By David Fox
Innovation is crucial for progress in all fields of life[i] and organisations are no different. Whether is it continuous, incremental improvement or radical innovation, organisations need to be moving forward. In the corporate world, organisations are faced with two options – innovate or die
The impact of the COVID-19 pandemic on the English Language Teaching (ELT) industry highlighted this. In a time when most ELT institutions around the world were closing[i], those that survived and even thrived did so due to their ability to innovate through digital delivery[ii]. But innovation is not something that comes easily.
Enter Design thinking…
Design thinking is receiving increased attention in the business world and is the merging of both a creative and analytic process that allows for participants to experiment, create, gain feedback, redesign and reframe[i]. It is a structure for thinking outside the box, which utilises creative problem-solving.
I experienced this recently in a workshop and witnessed firsthand how effective this can be. My three key takeaways were springboards, excursions, and reframing and I will carry these with me not just in the business world but in life.
I came to the workshop armed with my problem:
How can I attract more people to enrol for ELT teaching courses, without spending a cent on marketing?
This was the headline I threw out to my group for discussion. What followed next blew my mind.
Springboards are all about idea generation by the group. There is no judgement here but only suggestions starting with ‘I wish’ and the reasoning behind them. Questions were discouraged at this stage to allow for a flow of suggestion, no matter how out there or perceivably impossible they were. The ideas came through thick and fast as people leveraged off previous suggestions. By suspending judgement, my eyes were opened to a world of creative possibilities. In three minutes, we had two flip chart pages of wishes but we were slowing down.
We needed to eliminate any obstructions to our creative problem-solving. We needed to put the problem out of our minds with some ‘directed forgetting’[i]. Cue ‘excursions’. Going on excursion from the task at hand in our heads. We did this by writing down all the words we could associate with a previous, unrelated activity we had completed. For me, words and phrases like ‘introverted’, ‘awkward’, ‘here to learn new things’ appeared on my page. Then we were back to springboards, but now we were all incorporating the ideas from our excursions. This helped me to recognise that my own perceptions and inhibitions were limiting my ability to think creatively.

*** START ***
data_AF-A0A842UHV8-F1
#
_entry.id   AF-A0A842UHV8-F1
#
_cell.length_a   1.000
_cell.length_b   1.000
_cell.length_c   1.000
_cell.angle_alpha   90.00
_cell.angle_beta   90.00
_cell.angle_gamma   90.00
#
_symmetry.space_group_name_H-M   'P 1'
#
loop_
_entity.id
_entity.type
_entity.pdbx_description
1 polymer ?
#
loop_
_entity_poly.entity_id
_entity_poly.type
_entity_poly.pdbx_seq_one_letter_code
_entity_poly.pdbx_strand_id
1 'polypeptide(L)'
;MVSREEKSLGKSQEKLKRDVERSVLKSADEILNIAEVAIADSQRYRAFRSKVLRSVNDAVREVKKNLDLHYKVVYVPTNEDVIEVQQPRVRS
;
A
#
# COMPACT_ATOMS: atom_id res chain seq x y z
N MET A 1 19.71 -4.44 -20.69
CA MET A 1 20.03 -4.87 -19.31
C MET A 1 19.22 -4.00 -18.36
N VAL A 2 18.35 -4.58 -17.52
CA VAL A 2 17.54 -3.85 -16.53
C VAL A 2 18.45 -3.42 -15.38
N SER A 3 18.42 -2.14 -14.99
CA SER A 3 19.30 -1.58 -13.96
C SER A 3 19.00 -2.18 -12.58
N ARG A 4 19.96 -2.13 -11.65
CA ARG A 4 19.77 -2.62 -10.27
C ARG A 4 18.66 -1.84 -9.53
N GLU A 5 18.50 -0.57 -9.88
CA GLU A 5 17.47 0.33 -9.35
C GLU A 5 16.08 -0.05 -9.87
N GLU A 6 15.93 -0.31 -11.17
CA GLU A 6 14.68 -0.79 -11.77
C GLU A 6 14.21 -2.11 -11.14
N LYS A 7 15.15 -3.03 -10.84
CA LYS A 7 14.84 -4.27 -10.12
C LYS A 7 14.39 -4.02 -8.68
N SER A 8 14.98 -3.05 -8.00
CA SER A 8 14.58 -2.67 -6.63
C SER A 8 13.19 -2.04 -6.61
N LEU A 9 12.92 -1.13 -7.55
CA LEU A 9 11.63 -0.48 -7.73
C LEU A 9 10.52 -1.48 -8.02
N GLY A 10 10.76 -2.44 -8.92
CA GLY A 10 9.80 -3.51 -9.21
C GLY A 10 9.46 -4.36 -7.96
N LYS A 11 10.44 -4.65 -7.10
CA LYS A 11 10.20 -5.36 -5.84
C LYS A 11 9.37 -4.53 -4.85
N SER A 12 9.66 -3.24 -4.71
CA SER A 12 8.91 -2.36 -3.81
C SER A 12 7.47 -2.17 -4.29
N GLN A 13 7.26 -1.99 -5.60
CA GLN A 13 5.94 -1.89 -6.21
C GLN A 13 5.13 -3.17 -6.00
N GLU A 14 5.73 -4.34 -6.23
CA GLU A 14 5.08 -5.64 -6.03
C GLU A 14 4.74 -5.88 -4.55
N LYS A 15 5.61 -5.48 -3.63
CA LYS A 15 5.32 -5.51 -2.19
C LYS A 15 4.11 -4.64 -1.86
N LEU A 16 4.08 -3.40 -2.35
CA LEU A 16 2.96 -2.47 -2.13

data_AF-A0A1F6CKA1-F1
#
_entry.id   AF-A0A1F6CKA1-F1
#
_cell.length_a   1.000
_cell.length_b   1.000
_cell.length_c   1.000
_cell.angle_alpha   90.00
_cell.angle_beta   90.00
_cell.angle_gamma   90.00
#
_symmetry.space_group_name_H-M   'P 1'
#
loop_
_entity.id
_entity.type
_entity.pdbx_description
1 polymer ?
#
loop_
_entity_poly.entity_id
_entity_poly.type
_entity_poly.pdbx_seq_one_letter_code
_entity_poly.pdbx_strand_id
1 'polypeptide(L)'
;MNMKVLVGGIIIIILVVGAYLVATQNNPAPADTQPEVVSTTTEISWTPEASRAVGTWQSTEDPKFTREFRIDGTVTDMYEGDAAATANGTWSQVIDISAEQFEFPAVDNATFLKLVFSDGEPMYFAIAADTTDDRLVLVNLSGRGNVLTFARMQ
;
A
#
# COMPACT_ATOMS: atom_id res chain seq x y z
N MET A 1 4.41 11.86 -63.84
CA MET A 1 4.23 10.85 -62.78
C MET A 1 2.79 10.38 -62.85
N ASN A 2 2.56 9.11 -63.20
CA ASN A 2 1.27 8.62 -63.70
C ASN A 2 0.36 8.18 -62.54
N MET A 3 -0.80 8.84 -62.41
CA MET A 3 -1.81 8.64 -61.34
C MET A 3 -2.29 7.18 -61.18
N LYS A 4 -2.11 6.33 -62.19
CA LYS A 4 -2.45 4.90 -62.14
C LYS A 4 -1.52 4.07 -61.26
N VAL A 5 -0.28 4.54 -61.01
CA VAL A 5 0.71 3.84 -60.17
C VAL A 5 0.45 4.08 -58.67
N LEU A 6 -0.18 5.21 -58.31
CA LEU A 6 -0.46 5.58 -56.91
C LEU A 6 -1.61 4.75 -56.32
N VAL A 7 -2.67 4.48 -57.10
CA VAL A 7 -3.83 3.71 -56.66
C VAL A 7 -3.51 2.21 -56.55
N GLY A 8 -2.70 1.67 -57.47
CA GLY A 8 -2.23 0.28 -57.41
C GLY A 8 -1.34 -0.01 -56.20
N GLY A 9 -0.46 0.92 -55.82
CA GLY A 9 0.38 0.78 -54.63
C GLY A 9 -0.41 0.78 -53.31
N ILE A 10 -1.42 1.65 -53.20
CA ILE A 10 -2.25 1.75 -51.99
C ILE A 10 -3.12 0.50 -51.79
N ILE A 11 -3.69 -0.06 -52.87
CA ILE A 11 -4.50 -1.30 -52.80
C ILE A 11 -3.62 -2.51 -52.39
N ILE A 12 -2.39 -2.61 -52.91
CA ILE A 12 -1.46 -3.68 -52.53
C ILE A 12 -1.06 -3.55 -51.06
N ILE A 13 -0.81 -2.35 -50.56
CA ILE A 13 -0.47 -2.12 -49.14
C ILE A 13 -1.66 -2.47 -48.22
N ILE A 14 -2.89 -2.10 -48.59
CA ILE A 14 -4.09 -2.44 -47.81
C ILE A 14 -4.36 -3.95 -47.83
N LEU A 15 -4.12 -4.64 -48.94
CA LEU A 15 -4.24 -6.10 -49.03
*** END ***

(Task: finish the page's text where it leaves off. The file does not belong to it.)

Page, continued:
Now I had pages of wishes and I needed to focus on the ones I liked the best. I spent two minutes choosing my favourites and another minute reframing the problem with a ‘How to…’ sentence stem:
How to raise awareness of the benefits of ELT training in current and new markets through virtual experiences?
This was my problem definition and I now need to explore the pros and cons of the idea through constructive evaluation before I can focus on solving the problem.
This is still a work in progress, and I have spent a lot of time since the workshop playing this through in my mind. What I have learned is that incremental or radical, innovation is necessary, and it should not take a global pandemic to highlight this. Organisations need to be thinking creatively and constantly looking forward. Remember innovation is not a luxury, its life or death.
[i] Beda, Z, Smith, S & Orr, J 2020, ‘Creativity on demand – hacking into creative problem solving’, NeuroImage, vol. 216, pp. 116867 – 116880, viewed 24 January 2020, https://www-sciencedirect-com.ezproxy.usc.edu.au/science/article/pii/S1053811920303530
[i] Razzouk, R & Shute, V 2012 ‘What is design thinking and why is it important?’, Review of Educational Research, vol. 82, no. 3, pp. 330-348, viewed January 2021, https://journals.sagepub.com/doi/full/10.3102/0034654312457429
[i] Yi, Y & Jang, J 2020, ‘Envisioning possibilities amid the COVID‐19 pandemic: implications from English language teaching in South Korea’, TESOL Journal, vol. 11, no. 3, pp. 1-5, viewed 8 September 2020, https://onlinelibrary-wiley-com.ezproxy.usc.edu.au/doi/full/10.1002/tesj.543
Baurain, B 2020, ‘Editorial: TESOL in the time of COVID-19’, International Journal of Christianity and English Language Teaching, Vol. 7, pp. 1-2, viewed 8 September 2020, https://digitalcommons.biola.edu/ijc-elt/vol7/iss1/3/
[ii]Atmojo, A & Nugroho, A 2020, ‘EFL classes must go online! teaching activities and challenges during COVID-19 pandemic in Indonesia’, Register Journal, vol. 13, no. 1, pp. 49-76, viewed 8 September 2020, https://doaj.org/article/1ab29e81cedf431092269364a326668a
[i] Drumea, P 2016, ‘The need for innovation’, Hidraulica, vol. 3, p. 5, viewed 18 January 2021, https://search-proquest-com.ezproxy.usc.edu.au/docview/1826887378/fulltextPDF/CC882E5C83F64DECPQ/1?accountid=28745
- Source: https://www.peoplemattersglobal.com/article/leadership/leadership-and-innovation-one-to-foster-the-other-22963